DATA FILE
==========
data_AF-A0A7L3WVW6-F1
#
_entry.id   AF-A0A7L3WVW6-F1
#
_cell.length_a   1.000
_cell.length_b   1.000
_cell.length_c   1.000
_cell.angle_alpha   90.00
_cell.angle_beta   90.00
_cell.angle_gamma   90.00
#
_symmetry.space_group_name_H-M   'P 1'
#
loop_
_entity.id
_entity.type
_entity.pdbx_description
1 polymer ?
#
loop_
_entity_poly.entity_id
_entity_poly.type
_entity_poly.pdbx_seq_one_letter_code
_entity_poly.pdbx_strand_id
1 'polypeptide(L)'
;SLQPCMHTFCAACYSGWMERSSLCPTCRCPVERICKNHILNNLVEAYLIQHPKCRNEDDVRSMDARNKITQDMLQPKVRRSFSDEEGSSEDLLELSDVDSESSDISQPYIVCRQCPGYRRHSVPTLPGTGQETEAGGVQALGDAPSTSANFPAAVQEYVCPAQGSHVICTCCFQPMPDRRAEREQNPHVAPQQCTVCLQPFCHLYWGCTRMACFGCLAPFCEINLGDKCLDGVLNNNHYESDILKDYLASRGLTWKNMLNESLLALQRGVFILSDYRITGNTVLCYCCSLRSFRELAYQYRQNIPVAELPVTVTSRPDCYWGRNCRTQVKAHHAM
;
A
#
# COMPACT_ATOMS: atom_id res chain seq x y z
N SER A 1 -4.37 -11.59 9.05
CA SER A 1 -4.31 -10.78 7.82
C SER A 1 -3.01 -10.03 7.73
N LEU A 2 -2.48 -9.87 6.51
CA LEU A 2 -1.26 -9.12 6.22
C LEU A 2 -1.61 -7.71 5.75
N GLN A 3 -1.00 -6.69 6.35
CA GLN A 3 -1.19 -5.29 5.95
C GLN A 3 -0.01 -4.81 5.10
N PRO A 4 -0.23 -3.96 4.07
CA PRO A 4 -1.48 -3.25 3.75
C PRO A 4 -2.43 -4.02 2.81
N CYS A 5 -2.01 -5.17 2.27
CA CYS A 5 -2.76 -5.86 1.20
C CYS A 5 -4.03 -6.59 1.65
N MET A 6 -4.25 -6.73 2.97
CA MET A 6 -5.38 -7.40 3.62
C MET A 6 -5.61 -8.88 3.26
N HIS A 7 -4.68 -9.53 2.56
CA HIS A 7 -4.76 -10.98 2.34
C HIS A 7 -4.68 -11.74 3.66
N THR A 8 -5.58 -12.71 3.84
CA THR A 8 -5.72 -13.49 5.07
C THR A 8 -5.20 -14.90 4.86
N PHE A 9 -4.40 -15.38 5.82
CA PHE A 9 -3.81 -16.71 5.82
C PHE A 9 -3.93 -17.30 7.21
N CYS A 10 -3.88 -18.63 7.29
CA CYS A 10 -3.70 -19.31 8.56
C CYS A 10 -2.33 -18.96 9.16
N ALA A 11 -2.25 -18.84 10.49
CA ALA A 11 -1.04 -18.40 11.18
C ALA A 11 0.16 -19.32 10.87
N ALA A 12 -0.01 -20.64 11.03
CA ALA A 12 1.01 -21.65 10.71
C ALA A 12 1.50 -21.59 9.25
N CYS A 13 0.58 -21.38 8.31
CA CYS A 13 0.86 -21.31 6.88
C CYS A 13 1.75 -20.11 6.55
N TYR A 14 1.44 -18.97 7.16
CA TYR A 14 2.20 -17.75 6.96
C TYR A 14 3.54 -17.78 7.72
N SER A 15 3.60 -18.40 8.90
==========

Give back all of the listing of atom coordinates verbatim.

data_AF-A0A7L3WVW6-F1
#
_entry.id   AF-A0A7L3WVW6-F1
#
_cell.length_a   1.000
_cell.length_b   1.000
_cell.length_c   1.000
_cell.angle_alpha   90.00
_cell.angle_beta   90.00
_cell.angle_gamma   90.00
#
_symmetry.space_group_name_H-M   'P 1'
#
loop_
_entity.id
_entity.type
_entity.pdbx_description
1 polymer ?
#
loop_
_entity_poly.entity_id
_entity_poly.type
_entity_poly.pdbx_seq_one_letter_code
_entity_poly.pdbx_strand_id
1 'polypeptide(L)'
;SLQPCMHTFCAACYSGWMERSSLCPTCRCPVERICKNHILNNLVEAYLIQHPKCRNEDDVRSMDARNKITQDMLQPKVRRSFSDEEGSSEDLLELSDVDSESSDISQPYIVCRQCPGYRRHSVPTLPGTGQETEAGGVQALGDAPSTSANFPAAVQEYVCPAQGSHVICTCCFQPMPDRRAEREQNPHVAPQQCTVCLQPFCHLYWGCTRMACFGCLAPFCEINLGDKCLDGVLNNNHYESDILKDYLASRGLTWKNMLNESLLALQRGVFILSDYRITGNTVLCYCCSLRSFRELAYQYRQNIPVAELPVTVTSRPDCYWGRNCRTQVKAHHAM
;
A
#
# COMPACT_ATOMS: atom_id res chain seq x y z
N SER A 1 -4.37 -11.59 9.05
CA SER A 1 -4.31 -10.78 7.82
C SER A 1 -3.01 -10.03 7.73
N LEU A 2 -2.48 -9.87 6.51
CA LEU A 2 -1.26 -9.12 6.22
C LEU A 2 -1.61 -7.71 5.75
N GLN A 3 -1.00 -6.69 6.35
CA GLN A 3 -1.19 -5.29 5.95
C GLN A 3 -0.01 -4.81 5.10
N PRO A 4 -0.23 -3.96 4.07
CA PRO A 4 -1.48 -3.25 3.75
C PRO A 4 -2.43 -4.02 2.81
N CYS A 5 -2.01 -5.17 2.27
CA CYS A 5 -2.76 -5.86 1.20
C CYS A 5 -4.03 -6.59 1.65
N MET A 6 -4.25 -6.73 2.97
CA MET A 6 -5.38 -7.40 3.62
C MET A 6 -5.61 -8.88 3.26
N HIS A 7 -4.68 -9.53 2.56
CA HIS A 7 -4.76 -10.98 2.34
C HIS A 7 -4.68 -11.74 3.66
N THR A 8 -5.58 -12.71 3.84
CA THR A 8 -5.72 -13.49 5.07
C THR A 8 -5.20 -14.90 4.86
N PHE A 9 -4.40 -15.38 5.82
CA PHE A 9 -3.81 -16.71 5.82
C PHE A 9 -3.93 -17.30 7.21
N CYS A 10 -3.88 -18.63 7.29
CA CYS A 10 -3.70 -19.31 8.56
C CYS A 10 -2.33 -18.96 9.16
N ALA A 11 -2.25 -18.84 10.49
CA ALA A 11 -1.04 -18.40 11.18
C ALA A 11 0.16 -19.32 10.87
N ALA A 12 -0.01 -20.64 11.03
CA ALA A 12 1.01 -21.65 10.71
C ALA A 12 1.50 -21.59 9.25
N CYS A 13 0.58 -21.38 8.31
CA CYS A 13 0.86 -21.31 6.88
C CYS A 13 1.75 -20.11 6.55
N TYR A 14 1.44 -18.97 7.16
CA TYR A 14 2.20 -17.75 6.96
C TYR A 14 3.54 -17.78 7.72
N SER A 15 3.60 -18.40 8.90